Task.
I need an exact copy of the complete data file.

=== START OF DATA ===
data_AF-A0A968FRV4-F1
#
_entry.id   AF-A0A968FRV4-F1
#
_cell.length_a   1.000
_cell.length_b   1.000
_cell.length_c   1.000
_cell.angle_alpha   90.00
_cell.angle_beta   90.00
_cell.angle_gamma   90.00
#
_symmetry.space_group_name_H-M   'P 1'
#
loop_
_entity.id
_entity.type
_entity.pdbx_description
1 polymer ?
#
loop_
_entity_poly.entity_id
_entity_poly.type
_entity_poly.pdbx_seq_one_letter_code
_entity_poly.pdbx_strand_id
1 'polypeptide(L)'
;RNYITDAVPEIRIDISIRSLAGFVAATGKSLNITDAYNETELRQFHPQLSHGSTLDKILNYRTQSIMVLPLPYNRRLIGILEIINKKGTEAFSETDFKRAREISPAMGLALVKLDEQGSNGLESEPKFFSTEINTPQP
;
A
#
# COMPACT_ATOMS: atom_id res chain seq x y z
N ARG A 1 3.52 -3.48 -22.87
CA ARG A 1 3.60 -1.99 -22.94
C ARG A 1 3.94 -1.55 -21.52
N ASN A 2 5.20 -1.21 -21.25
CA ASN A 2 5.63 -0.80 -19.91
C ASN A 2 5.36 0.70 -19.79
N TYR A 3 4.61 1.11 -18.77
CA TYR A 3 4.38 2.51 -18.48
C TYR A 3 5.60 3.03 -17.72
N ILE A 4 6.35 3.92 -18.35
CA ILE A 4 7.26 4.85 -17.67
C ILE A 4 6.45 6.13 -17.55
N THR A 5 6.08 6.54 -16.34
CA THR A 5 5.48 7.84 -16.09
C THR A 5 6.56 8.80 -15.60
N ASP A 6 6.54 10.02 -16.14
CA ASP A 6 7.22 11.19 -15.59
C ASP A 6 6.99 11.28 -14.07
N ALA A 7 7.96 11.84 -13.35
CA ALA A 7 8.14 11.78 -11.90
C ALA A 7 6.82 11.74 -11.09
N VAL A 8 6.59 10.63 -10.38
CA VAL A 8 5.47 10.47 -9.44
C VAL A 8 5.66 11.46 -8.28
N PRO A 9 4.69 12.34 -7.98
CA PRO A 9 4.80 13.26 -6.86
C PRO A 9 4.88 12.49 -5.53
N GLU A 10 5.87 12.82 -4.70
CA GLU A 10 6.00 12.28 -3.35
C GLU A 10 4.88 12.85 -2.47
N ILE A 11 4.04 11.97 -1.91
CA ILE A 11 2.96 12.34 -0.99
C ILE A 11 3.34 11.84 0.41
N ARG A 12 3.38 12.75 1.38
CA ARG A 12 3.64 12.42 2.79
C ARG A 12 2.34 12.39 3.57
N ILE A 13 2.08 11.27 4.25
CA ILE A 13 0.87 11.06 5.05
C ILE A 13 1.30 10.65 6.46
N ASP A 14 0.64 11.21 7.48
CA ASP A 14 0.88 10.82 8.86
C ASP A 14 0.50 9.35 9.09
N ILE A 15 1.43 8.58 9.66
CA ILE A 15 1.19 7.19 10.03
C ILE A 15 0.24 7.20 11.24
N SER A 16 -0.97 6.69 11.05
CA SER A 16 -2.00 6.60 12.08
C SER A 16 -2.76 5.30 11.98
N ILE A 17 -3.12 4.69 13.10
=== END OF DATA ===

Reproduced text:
data_AF-A0A968FRV4-F1
#
_entry.id   AF-A0A968FRV4-F1
#
_cell.length_a   1.000
_cell.length_b   1.000
_cell.length_c   1.000
_cell.angle_alpha   90.00
_cell.angle_beta   90.00
_cell.angle_gamma   90.00
#
_symmetry.space_group_name_H-M   'P 1'
#
loop_
_entity.id
_entity.type
_entity.pdbx_description
1 polymer ?
#
loop_
_entity_poly.entity_id
_entity_poly.type
_entity_poly.pdbx_seq_one_letter_code
_entity_poly.pdbx_strand_id
1 'polypeptide(L)'
;RNYITDAVPEIRIDISIRSLAGFVAATGKSLNITDAYNETELRQFHPQLSHGSTLDKILNYRTQSIMVLPLPYNRRLIGILEIINKKGTEAFSETDFKRAREISPAMGLALVKLDEQGSNGLESEPKFFSTEINTPQP
;
A
#
# COMPACT_ATOMS: atom_id res chain seq x y z
N ARG A 1 3.52 -3.48 -22.87
CA ARG A 1 3.60 -1.99 -22.94
C ARG A 1 3.94 -1.55 -21.52
N ASN A 2 5.20 -1.21 -21.25
CA ASN A 2 5.63 -0.80 -19.91
C ASN A 2 5.36 0.70 -19.79
N TYR A 3 4.61 1.11 -18.77
CA TYR A 3 4.38 2.51 -18.48
C TYR A 3 5.60 3.03 -17.72
N ILE A 4 6.35 3.92 -18.35
CA ILE A 4 7.26 4.85 -17.67
C ILE A 4 6.45 6.13 -17.55
N THR A 5 6.08 6.54 -16.34
CA THR A 5 5.48 7.84 -16.09
C THR A 5 6.56 8.80 -15.60
N ASP A 6 6.54 10.02 -16.14
CA ASP A 6 7.22 11.19 -15.59
C ASP A 6 6.99 11.28 -14.07
N ALA A 7 7.96 11.84 -13.35
CA ALA A 7 8.14 11.78 -11.90
C ALA A 7 6.82 11.74 -11.09
N VAL A 8 6.59 10.63 -10.38
CA VAL A 8 5.47 10.47 -9.44
C VAL A 8 5.66 11.46 -8.28
N PRO A 9 4.69 12.34 -7.98
CA PRO A 9 4.80 13.26 -6.86
C PRO A 9 4.88 12.49 -5.53
N GLU A 10 5.87 12.82 -4.70
CA GLU A 10 6.00 12.28 -3.35
C GLU A 10 4.88 12.85 -2.47
N ILE A 11 4.04 11.97 -1.91
CA ILE A 11 2.96 12.34 -0.99
C ILE A 11 3.34 11.84 0.41
N ARG A 12 3.38 12.75 1.38
CA ARG A 12 3.64 12.42 2.79
C ARG A 12 2.34 12.39 3.57
N ILE A 13 2.08 11.27 4.25
CA ILE A 13 0.87 11.06 5.05
C ILE A 13 1.30 10.65 6.46
N ASP A 14 0.64 11.21 7.48
CA ASP A 14 0.88 10.82 8.86
C ASP A 14 0.50 9.35 9.09
N ILE A 15 1.43 8.58 9.66
CA ILE A 15 1.19 7.19 10.03
C ILE A 15 0.24 7.20 11.24
N SER A 16 -0.97 6.69 11.05
CA SER A 16 -2.00 6.60 12.08
C SER A 16 -2.76 5.30 11.98
N ILE A 17 -3.12 4.69 13.10